Thursday, December 17, 2015


so where were we last time? 

somewhere between valparaiso and a handrail i think. btw there is no caps key on my keyboard anymore so excuse the i's. 

long story short, we managed to move and we have the dog there in valpo, and plenty of pigeons squatting our ceiling and a small trash problem. julia also has cutaneous leishmaniasis, produced by a parasite she got in bolivia from a sandfly and has been creating wounds in her legs that later get infected and make life annoying. the treatment in chile involves a kind of chemo drug, and hospitalization while they apply it. in brazil seems that they use an oral drug with fewer side effects and it's free. so we may have to travel there sometime soon. i may get some brazilian rosewood or pernambuco for bows. 

the problem with these infectious diseases is that they happen mostly in poor countries so a) western doctors have no idea about them and b) there is no real treatment or vaccine since only poor people get them (not like heart attacks which happen to old white males all around the world). that meant that we needed to show the wounds to ca. 15 doctors in chile and europe to find one who knew what it was. ie. a gigantic waste of time, money and hope (we were quite hopeless a 2 weeks ago before the diagnose). oh, and all this without health insurance since we haven't had time to hire one in chile. 

so that's the update.  in case you were wondering where i've been all this time. mostly at the doctor. they mostly don't use wood, so no picture today.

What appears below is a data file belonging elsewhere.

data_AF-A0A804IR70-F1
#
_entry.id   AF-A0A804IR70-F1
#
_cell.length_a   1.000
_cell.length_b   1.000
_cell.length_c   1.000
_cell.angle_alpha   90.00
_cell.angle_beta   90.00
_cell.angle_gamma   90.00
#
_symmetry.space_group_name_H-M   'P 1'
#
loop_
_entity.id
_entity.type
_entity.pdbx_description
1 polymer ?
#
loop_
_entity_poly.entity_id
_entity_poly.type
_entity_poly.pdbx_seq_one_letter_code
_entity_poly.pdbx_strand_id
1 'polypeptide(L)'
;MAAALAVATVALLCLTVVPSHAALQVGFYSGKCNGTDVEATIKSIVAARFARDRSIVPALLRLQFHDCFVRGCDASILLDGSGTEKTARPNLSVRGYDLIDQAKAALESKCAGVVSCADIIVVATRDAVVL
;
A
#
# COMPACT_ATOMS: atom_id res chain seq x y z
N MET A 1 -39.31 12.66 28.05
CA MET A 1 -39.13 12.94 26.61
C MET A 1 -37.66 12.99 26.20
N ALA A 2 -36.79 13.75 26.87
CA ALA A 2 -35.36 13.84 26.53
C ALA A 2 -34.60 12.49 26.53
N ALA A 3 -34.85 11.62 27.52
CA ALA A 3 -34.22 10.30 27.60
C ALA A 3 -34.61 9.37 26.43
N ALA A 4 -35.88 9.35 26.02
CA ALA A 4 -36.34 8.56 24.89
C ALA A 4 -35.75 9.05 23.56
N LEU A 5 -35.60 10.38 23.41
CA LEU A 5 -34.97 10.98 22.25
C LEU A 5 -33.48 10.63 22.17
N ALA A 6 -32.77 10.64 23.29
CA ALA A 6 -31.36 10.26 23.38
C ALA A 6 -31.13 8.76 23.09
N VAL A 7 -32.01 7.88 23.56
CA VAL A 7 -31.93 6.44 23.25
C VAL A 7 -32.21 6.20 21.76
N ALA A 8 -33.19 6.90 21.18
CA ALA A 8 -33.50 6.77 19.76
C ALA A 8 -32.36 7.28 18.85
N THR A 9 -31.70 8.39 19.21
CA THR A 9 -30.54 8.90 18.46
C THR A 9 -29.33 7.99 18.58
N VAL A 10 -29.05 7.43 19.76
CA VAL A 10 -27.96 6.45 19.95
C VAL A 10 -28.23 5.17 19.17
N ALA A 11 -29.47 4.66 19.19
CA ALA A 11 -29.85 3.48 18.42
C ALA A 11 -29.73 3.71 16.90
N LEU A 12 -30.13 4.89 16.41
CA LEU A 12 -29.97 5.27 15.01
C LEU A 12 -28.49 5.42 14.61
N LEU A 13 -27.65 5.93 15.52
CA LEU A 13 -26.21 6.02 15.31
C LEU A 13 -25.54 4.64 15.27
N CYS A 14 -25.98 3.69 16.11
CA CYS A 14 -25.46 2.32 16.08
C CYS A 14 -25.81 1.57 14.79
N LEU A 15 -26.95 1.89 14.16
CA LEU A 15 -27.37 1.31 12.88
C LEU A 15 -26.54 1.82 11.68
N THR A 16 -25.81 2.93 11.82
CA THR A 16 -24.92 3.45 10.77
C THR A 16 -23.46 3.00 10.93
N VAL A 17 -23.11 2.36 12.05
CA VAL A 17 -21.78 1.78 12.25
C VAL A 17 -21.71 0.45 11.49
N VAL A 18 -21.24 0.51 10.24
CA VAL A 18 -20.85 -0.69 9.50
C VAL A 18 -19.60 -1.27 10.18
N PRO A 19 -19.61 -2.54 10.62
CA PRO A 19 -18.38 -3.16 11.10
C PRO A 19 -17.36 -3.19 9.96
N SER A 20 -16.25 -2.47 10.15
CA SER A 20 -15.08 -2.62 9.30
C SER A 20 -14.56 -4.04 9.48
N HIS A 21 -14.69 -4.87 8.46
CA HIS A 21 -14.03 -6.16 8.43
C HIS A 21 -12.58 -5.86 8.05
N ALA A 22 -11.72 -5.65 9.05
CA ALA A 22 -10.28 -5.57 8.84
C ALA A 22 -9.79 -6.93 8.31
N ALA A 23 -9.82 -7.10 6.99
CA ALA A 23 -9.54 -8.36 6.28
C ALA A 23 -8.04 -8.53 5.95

1. That second week must have been frightening! It seems the treatment has possibilities for success though, so we can all hope for relief! I hope Bolivia was worthwhile otherwise. Sounds like an interesting place, though I imagine US citizens are a bit suspect.

    Here too, in New England we have a problem not getting much attention, Lyme disease. Difficult to diagnose, treatment with penicillin uncertain. The rich don't get it though, so not much research.

    Still no snow,making some progress on a deck, will send some pics, which may be good for a laugh - the best medicine.

    1. thanks Mark, laugh is mostly needed at times like this. now we are both in bed with some kind of viral gastritis, puking our guts out, having fun in bed. I know about lyme disease, found a tick in my head 3 days after last time I went hunting mushrooms in netherlands... still afraid can have it. looking forward to the pics.

  2. Geeze...hope it heals. I always like the idea of tropics until I remember how many parasites and diseases like the tropics.

    That reallt wounds immensely painful. Hope you two get better.

    Oddly enough, here in NY Lyme disease is known well, every park and trail has signs warning of ticks and cautioning of the lyme disease.

    Life's been extremely busy with homework and stress. This will get a laugh out of you, hopefully- I am hoping of making a wood stove sauna! Ha, can't see anything going wrong there. No snow here, it is really nice.

  3. And here I though we were all young and invincible...illness is one of those constants in life that remind us about the true temporal nature of our time on earth. Learning to live well with the nature of suffering, I'm still working on that one. I hope you both heal quickly, you'll be in my thoughts.

  4. Sorry to hear about your health problems,maybe it would have been cheaper to have a treatment in Europe. France still has good specialists of tropical deseases due to it's colonial history. Leish was pretty well spread in North Africa. I've heard homeopathy can be a good help. Hope 2016 will see you through the problem.

    1. Thanks François, we've been looking at the tropic institute in Hamburg, but it seems that the same treatment is available in Brazil, and also has better weather. Some forced vacations in a beach of Brazil would not be that bad. Once the secondary infection are gone, calendula seems to help. She's fine at the moment, hopefully stays like that till we treat it.